On tonight’s back to back first episode of “Auction Hunters,” Pawn Shop Edition, Ton Jones and Allen Haff who dug through hundreds of unclaimed storage units hunting for discarded treasure, now own a shop called Haff Ton Pawn Shop and must keep it filled, as they search for more on this episode titled, “Cashville, Tennessee.”
As the episode opens, the guys are in Nashville. With the inside scoop about some music memorabilia coming up for auction, they decided to redeem their shop’s topsy-turvy sales and get some great items. Their old friend Beth, who moved to Nashville was waiting as a friendly face always helps at auctions. As a couple of bikers with loud motorcycles came in, she told them they were heavy hitters, but the guys were not intimidated.
The first unit contained no musical items, but Allen got this tool shed one for $1,800 just to let them know they were serious. Inside they found lots of tools and a bronco riding saddle.
The musical extravaganza contained enough equipment to do a concert at a large venue. When Allen pointed to a guy who looked familiar, he was told it was Mark Slaughter from the metal rock band Slaughter that sold over five million records in the 1990s. But only having $20,000 with them, the guys were out soon as the bidding went higher and higher until Slaughter got it for $60,000 and left the auction.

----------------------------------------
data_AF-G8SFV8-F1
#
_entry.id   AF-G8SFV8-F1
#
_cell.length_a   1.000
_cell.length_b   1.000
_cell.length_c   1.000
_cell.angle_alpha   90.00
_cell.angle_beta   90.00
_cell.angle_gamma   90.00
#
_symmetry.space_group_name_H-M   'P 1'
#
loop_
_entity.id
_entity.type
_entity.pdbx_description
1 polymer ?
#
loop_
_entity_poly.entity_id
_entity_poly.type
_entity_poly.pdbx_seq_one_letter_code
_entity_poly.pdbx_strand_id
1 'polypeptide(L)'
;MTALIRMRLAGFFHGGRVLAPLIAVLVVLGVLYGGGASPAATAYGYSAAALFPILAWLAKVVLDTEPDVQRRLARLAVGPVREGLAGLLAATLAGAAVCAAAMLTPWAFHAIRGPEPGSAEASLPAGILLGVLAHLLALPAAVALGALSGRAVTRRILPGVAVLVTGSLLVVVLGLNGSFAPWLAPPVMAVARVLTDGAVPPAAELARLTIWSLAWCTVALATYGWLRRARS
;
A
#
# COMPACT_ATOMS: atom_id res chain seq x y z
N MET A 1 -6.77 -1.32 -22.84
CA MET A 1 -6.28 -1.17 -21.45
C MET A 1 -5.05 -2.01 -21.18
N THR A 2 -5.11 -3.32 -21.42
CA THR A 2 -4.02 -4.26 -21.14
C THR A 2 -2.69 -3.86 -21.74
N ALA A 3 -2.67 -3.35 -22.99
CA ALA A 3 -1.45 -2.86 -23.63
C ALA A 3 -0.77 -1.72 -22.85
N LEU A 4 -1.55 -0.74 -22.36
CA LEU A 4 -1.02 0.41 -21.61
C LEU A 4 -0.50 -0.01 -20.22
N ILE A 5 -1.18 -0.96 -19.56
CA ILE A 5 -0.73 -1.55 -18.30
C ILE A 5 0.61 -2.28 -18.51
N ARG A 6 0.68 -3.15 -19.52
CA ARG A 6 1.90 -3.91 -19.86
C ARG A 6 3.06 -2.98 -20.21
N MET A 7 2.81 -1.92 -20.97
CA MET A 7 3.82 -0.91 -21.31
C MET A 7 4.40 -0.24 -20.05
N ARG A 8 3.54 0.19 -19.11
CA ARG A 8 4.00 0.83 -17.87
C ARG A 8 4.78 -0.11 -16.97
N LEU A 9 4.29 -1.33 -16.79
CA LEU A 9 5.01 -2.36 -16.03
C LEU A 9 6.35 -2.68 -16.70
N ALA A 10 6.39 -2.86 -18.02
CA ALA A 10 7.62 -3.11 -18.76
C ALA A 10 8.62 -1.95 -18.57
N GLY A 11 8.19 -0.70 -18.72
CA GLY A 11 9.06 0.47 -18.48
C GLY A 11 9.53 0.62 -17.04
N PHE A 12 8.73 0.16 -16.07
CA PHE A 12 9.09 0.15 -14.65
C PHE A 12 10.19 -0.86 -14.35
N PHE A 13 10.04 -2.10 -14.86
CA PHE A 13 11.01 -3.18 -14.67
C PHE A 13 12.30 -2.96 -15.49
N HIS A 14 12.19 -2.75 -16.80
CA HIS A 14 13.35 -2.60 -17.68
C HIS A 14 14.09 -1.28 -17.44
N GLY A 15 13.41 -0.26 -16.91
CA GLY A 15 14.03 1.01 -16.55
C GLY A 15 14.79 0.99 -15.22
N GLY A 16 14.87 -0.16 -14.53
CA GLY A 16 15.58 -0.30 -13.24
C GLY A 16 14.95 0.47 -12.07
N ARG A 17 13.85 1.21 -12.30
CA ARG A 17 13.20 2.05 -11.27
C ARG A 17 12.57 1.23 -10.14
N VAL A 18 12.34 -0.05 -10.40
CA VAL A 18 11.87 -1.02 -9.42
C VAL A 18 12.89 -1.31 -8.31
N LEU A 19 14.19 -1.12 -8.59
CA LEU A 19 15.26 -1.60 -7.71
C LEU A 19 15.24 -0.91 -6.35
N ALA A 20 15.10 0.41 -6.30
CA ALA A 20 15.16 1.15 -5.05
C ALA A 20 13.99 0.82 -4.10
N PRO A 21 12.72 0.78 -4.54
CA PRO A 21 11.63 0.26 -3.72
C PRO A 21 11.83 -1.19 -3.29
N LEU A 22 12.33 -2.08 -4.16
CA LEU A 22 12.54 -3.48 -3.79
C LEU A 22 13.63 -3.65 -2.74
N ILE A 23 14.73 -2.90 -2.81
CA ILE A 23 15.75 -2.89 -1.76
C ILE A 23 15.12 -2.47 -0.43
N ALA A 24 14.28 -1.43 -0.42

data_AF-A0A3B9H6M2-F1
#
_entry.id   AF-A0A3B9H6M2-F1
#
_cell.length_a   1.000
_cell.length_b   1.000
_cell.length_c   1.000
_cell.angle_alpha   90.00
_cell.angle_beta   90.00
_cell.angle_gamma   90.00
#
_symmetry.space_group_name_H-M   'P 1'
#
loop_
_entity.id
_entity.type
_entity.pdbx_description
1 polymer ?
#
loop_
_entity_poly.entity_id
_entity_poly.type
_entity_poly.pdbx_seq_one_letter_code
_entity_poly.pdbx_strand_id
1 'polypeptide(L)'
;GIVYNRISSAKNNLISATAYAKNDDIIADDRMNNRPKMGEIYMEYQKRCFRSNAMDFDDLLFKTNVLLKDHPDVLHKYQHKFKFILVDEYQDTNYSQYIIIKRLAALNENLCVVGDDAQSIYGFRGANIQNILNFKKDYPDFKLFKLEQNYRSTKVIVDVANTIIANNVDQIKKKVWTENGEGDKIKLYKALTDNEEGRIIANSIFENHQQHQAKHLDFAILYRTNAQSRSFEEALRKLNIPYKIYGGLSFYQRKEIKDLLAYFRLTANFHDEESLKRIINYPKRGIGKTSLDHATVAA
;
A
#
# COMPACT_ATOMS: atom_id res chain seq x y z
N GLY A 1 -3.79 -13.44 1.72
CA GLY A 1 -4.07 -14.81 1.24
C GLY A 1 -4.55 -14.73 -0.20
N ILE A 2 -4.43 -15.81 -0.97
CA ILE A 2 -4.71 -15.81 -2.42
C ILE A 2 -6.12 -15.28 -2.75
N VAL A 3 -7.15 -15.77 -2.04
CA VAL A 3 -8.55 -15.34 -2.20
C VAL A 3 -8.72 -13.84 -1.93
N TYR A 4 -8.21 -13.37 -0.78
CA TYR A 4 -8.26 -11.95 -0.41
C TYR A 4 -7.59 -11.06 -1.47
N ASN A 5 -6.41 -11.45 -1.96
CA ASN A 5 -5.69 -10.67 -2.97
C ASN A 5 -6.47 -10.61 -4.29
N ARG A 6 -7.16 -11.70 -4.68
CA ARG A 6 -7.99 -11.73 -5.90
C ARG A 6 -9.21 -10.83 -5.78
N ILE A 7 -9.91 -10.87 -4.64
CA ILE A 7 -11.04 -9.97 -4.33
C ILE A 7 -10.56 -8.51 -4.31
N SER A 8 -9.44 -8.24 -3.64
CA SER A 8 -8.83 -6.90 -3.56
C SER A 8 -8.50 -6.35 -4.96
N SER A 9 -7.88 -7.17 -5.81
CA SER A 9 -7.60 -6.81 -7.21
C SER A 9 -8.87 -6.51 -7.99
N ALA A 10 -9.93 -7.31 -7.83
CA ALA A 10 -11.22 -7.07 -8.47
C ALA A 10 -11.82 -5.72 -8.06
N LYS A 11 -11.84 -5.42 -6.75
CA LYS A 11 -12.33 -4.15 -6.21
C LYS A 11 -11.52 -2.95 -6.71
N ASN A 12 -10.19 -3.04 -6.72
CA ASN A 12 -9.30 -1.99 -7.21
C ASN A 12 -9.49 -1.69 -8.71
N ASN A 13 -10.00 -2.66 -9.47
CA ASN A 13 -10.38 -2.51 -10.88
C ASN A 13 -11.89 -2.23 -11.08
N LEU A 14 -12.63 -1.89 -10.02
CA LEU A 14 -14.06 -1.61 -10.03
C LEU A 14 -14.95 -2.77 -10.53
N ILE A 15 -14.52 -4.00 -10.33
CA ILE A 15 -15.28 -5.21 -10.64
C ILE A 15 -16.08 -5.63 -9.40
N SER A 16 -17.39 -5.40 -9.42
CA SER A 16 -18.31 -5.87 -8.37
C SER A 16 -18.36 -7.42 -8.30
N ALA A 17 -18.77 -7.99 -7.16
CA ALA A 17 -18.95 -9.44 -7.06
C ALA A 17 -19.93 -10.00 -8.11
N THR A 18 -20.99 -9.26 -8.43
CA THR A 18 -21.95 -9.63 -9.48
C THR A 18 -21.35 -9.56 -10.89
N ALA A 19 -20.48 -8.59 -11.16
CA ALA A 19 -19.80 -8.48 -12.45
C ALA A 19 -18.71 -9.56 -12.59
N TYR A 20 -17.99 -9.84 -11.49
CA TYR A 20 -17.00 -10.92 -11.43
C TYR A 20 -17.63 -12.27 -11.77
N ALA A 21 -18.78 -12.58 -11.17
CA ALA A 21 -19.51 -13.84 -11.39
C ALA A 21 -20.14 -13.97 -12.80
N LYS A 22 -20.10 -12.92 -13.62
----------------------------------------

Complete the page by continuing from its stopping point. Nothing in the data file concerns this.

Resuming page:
The last unit was a do or die for the guys who spent $11,000 for it. It contained an M3 37 millimeter cannon small enough to tow behind a jeep.
So before they investigated the cannon, Beth sent them to meet Matt at the Lone Star Rodeo who was surprised to see the saddle. Matt told them it was worth no more than $1,250, but the guys were hoping to get $1,800, what they paid for the unit. Matt had one of his cowboys try out the saddle, and it worked perfectly. Now they have to make up the difference plus traveling expenses on the cannon.
When they took it to an expert, he told them it was worth $25,000, but the breach was missing. The breach is the part that screws on the back and prevents the person firing the weapon from being hit with the crew behind the cannon. He had a substitution breach, and Ton was able to fire the cannon at an old mini-van, that was demolished by the blast.
At the end of the day, they paid $12,800 plus $3,000 for travel expenses, costing them $15,800. They sold the saddle and the cannon and miscellaneous items for $13,375, giving them a loss of $2,425 and lots of overtime to look forward to at the shop on this episode of “Auction Hunters.”
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